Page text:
I should add this--I'm a CPA. I work with a lot of CPA's. And rarely do I ever see CPA's giving advice. It's just not in their DNA. They record history and put it on a government-prescribed form.

To the extent that you CAN get a CPA to give advice, it will be limited to 1.) this year, and 2.) what's on the tax return. Outside of that, they pretty much punt it to another professional. (The lone exception to this is entity structuring. They'll give long-range strategic advice on that. But again, that's based almost purely on how to avoid self-employment taxes, and disregarding all the other headaches that the entity structure deals out.)

I really don't know why CPA's refuse to give advice. They have a wealth of it. IMHO, we are the most technically proficient of the "professional advisors" that most people have. Yet we refuse to embrace it (or bill for it).
You are correct -- most of our colleagues don't do anything other than record history and prescribe. The percentage that are even interested in doing anything else is quite small. I've built my entire consulting and CPE business around offering programs that expand a CPA's wheelhouse.

To the OP: They are few and far between, but I'd encourage you to actively search for a new tax advisor that will actually advise. Obtain referrals from trusted sources. Consider a CPA, attorney, or EA that explicitly specializes in working with real estate investors (very common topic of discussion on Bigger Pockets, worth searching). Potentially also consider one that touts their tax planning and/or financial planning. Their are a few that are a CFP, PFS, registered investment adviser (RIA), etc. Plenty of due diligence to be done, but these specialists do exist.
“Life doesn’t come with a warranty.” -Michael LeBoeuf

JBTX
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Re: Leaving My CPA

Post by JBTX » Mon May 13, 2019 4:42 pm

Greenman72 wrote:
Mon May 13, 2019 10:27 am
I should add this--I'm a CPA. I work with a lot of CPA's. And rarely do I ever see CPA's giving advice. It's just not in their DNA. They record history and put it on a government-prescribed form.

To the extent that you CAN get a CPA to give advice, it will be limited to 1.) this year, and 2.) what's on the tax return. Outside of that, they pretty much punt it to another professional. (The lone exception to this is entity structuring. They'll give long-range strategic advice on that. But again, that's based almost purely on how to avoid self-employment taxes, and disregarding all the other headaches that the entity structure deals out.)

I really don't know why CPA's refuse to give advice. They have a wealth of it. IMHO, we are the most technically proficient of the "professional advisors" that most people have. Yet we refuse to embrace it (or bill for it).
As to your last paragraph I am a CPA but don't practice. My guess would be due to various regulatory and ethics training you become very risk averse and avoid risk by "staying in your lane""

Stormbringer
Posts: 780
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Re: Leaving My CPA

Post by Stormbringer » Mon May 13, 2019 5:06 pm

I'm on my 3rd CPA in 25 years and in my experience most of them don't know half of what is commonly discussed on this forum. I find that I have to explain backdoor Roth's almost every year. My current CPA asked how I manage to put so much into my 401k every year (a solo 401k). Every year I comb through my returns and find several errors. This year her first attempt at my taxes gave me a $2,000 refund. When I was done going through it, it was a $31,000 refund (she missed a QBI deduction). This year was especially bad because of the new tax code.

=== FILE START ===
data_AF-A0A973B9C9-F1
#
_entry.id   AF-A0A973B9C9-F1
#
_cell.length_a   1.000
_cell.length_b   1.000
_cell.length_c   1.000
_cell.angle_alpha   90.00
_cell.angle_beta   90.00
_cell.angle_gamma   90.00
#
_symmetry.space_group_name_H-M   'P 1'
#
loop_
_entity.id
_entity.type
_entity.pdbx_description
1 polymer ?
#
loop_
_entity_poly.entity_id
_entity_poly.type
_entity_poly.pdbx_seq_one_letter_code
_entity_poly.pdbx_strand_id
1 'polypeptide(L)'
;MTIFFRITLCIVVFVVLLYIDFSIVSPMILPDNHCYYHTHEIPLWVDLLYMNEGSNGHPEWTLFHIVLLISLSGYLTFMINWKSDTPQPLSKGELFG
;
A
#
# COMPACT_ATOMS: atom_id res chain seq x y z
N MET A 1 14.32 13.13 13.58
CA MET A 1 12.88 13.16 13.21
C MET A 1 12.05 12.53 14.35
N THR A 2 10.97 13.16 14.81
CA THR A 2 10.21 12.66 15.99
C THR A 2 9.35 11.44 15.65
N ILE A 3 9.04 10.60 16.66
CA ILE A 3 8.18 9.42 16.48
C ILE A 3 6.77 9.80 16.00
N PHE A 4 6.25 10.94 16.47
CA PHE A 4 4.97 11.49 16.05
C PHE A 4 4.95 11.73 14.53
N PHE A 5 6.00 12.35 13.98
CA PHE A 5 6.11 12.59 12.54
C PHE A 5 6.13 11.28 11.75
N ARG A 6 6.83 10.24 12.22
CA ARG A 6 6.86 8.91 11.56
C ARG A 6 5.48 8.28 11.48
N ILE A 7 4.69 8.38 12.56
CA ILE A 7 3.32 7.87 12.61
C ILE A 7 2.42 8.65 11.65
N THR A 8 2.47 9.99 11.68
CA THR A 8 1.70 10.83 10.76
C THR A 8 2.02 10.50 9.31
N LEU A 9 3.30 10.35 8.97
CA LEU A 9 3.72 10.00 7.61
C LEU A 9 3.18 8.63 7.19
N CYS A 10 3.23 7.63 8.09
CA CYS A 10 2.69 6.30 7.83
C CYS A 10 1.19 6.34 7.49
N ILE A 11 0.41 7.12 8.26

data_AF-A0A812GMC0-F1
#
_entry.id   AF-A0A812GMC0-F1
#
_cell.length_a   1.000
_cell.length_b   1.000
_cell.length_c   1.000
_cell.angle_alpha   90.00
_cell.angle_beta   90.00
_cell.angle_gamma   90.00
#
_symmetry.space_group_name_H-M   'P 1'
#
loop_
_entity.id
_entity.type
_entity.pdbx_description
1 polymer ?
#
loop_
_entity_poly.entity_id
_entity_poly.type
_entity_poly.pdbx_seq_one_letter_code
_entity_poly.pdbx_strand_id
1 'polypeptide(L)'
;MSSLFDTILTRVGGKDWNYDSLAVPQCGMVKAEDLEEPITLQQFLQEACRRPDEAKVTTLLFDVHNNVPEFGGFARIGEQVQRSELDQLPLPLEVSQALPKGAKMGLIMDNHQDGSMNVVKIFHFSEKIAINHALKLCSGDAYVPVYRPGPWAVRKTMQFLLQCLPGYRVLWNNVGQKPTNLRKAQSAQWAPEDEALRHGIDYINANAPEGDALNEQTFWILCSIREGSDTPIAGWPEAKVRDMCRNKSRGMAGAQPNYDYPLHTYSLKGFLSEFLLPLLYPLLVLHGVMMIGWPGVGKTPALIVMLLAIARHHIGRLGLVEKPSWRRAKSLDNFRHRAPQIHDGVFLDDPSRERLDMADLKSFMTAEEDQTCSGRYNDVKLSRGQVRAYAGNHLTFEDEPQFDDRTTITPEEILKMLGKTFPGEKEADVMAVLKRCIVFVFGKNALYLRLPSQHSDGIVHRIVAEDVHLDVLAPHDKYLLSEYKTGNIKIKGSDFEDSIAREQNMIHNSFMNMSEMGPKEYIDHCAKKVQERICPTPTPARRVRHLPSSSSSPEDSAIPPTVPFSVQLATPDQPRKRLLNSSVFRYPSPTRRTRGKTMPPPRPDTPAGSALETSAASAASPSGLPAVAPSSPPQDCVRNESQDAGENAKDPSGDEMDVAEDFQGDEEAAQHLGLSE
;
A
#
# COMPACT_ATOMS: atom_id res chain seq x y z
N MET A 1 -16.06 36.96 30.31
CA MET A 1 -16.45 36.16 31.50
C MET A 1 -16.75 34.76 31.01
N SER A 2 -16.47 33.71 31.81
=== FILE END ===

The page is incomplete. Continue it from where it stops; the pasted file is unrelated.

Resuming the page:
On several occasions involving complex real estate deals, I've asked two CPAs the same questions and gotten very different answers.

All I can say it that nobody is ever going to care about your money as much as you do, so educate yourself.
"Compound interest is the most powerful force in the universe." - Albert Einstein

fullplay2024
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Re: Leaving My CPA

Post by fullplay2024 » Wed May 15, 2019 11:40 am

Stormbringer wrote:
Mon May 13, 2019 5:06 pm
I'm on my 3rd CPA in 25 years and in my experience most of them don't know half of what is commonly discussed on this forum. I find that I have to explain backdoor Roth's almost every year. My current CPA asked how I manage to put so much into my 401k every year (a solo 401k). Every year I comb through my returns and find several errors. This year her first attempt at my taxes gave me a $2,000 refund. When I was done going through it, it was a $31,000 refund (she missed a QBI deduction). This year was especially bad because of the new tax code.

On several occasions involving complex real estate deals, I've asked two CPAs the same questions and gotten very different answers.

All I can say it that nobody is ever going to care about your money as much as you do, so educate yourself.
+1

This has been my experience dealing with CPAs. The onus is always on you to do strategic tax planning. Most CPAs are only good at going through a check list and completing tax returns.

Topic Author
oembogle
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Re: Leaving My CPA

Post by oembogle » Thu May 16, 2019 12:57 pm

All
Thanks for your replies as they have given me a ton to think about .
I did schedule a talk with Turbotax and discussed some of the items your replies suggested.
The TurboTax Person indicated that it was possible to export a LaCerte Tax Return in PDF format .
The Lacerte PDF export could then be imported into Turbotax . She recommended exporting my 2018 LaCerte Return and importing into 2019 Turbox Tax when it was available. I believe she said Depreciation schedules/tables would be encompassed.
In the meantime i will do what you recommended, use my 2018 Return to populate 2018 Turbotax to approximate the results my CPA achieved.